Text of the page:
Pipeline Workshops™: Thriving on the Velocity Side of Economic Return®

Homebuilding is an industry that leverages equity with debt, therefore, some version of Return on Assets is the best measure of a homebuilding enterprise’s economic return.  The most useful version of ROA is the DuPont identity, which expands economic return into two components:

Margin (Return on Sales) and Velocity (Asset Turn).


EFA - ROA (capture3)


From an operational perspective, the vast majority of assets on a builder’s balance sheet ought to be houses in some stage of construction, particularly when raw land and developed lot inventory is held off-balance sheet;  which means, when we calculate Return on Invested  Assets, we can reasonably substitute Inventory Turn for Asset Turn.

The point is to thrive, not just survive.  To do that, a builder has to do well on both the margin side and the velocity side of ROA.  That understanding fundamentally proposes two questions:  (1) How much can I make on every house?  (2) How many houses can I build with a planned, finite, and controlled amount of inventory and production capacity?

As a builder, consider this:  if you generate a Gross Margin of 24% and turn your inventory twice a year, you will be outperformed – better than two-to-one – by a homebuilding enterprise that generates a Gross Margin of only 18%, but turns its inventory four times a year;  you will be outperformed in terms of Net Income, outperformed in terms of Return on Assets.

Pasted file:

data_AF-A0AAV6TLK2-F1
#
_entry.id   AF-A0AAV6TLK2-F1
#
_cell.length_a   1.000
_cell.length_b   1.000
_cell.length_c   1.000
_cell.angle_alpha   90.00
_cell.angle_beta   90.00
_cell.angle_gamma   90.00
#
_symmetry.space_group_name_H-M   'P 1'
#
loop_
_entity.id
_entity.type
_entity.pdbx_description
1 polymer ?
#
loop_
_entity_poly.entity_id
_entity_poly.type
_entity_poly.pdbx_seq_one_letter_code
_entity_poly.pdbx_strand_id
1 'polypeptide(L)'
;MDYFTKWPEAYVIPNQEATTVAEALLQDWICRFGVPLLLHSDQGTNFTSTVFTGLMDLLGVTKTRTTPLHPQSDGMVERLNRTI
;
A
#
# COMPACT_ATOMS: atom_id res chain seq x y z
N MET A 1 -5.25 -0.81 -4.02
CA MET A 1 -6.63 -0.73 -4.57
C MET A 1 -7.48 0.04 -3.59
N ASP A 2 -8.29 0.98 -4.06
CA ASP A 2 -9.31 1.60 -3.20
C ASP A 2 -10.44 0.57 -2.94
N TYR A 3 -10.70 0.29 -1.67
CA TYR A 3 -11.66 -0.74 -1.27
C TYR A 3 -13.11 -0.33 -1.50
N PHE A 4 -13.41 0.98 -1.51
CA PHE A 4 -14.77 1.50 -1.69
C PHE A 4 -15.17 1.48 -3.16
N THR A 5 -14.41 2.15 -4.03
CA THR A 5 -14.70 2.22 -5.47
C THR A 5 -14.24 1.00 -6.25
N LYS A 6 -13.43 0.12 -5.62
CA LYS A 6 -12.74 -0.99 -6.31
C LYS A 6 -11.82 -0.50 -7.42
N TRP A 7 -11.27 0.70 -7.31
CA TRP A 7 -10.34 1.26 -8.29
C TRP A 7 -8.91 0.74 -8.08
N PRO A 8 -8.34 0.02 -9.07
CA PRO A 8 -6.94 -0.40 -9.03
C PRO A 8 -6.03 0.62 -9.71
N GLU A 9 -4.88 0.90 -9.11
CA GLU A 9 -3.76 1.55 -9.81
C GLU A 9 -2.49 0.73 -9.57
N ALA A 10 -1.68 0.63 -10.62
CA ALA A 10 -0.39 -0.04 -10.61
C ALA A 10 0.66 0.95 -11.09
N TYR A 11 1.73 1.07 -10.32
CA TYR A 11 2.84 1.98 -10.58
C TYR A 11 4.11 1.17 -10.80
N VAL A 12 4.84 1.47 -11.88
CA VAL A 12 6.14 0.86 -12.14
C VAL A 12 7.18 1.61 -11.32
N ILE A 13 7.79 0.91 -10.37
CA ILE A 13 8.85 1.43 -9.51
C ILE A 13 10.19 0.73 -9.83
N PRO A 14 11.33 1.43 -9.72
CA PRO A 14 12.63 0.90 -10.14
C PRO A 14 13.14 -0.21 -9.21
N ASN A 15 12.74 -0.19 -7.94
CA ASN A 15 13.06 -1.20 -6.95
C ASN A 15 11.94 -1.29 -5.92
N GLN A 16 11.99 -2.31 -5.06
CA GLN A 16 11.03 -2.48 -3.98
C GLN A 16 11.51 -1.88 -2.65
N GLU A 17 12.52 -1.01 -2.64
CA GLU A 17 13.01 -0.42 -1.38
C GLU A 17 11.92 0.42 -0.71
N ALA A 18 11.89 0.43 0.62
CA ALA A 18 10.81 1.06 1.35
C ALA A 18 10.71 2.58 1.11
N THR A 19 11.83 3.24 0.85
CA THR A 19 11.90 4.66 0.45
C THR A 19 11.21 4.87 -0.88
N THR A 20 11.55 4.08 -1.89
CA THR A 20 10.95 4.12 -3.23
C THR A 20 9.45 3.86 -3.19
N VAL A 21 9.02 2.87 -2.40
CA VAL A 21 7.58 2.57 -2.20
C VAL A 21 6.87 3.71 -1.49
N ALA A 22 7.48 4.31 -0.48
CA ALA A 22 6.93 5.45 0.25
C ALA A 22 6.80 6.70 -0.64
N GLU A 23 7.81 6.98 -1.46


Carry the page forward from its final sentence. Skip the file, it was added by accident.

You will struggle to compete;  you will struggle to survive.

Your operation is a slow, marginally-productive homebuilding company;  your competitor’s operation is a fast, highly-productive homebuilding company;  your competitor generates 85% more Revenue and 40% more Gross Income than you do, with the same amount of assets.

It is also a picture of the difference between a 180 day cycle time and a 90 day cycle time, and if that contrast is too stark, then consider this:  your competitor with the 18% Gross Margin and a 4x turn produces almost the same ROA as you would with a 24% Gross Margin and a 3x turn;  that’s the picture of your competitor’s 90 day cycle time versus your 120 day cycle time.

In the face of clear differences in economic outcomes, note that your competitors – the two homebuilding companies represented in those scenarios – are exactly the same size as your company, when the real measure of size is the amount of work-in-process you each have to carry;  you and your competitors each have the same resource overhead, the same working capital requirements, the same risk profile.

In an industry with a capacity shortage, like homebuilding, there is not going to be any price elasticity of supply and demand, because there is not going to be any wide-spread, capacity-driven increases in supply.  Besides, homebuilding is essentially a build-to-order process, which tends to regulate short-term supply.  Moreover, the demands of higher productivity are so tough, require so much rigor, so much discipline, so much resolve, that most builders won’t even go there.

It’s not a choice between higher margin or higher velocity;  it’s the challenge – and the opportunity – of producing higher margin and higher velocity.

Pipeline workshops™ are a two-day immersion into the production physics – into the principles and disciplines – that enable homebuilders to thrive on the velocity side of economic return, to thrive on the velocity side of Return on Assets.

Come.  Participate.  Learn.


The next Pipeline workshop™ will be held at the Ponte Vedra Inn and Club, Ponte Vedra Beach, Florida, on October 26-27, 2016.  Cost is $850.00.  Early registration, open through July 31, 2016, is $725.00.

Delivered by SAI Consulting and Continuum Advisory Group.  Sponsored by BUILDER.

For more details:  www.builderevelocity.com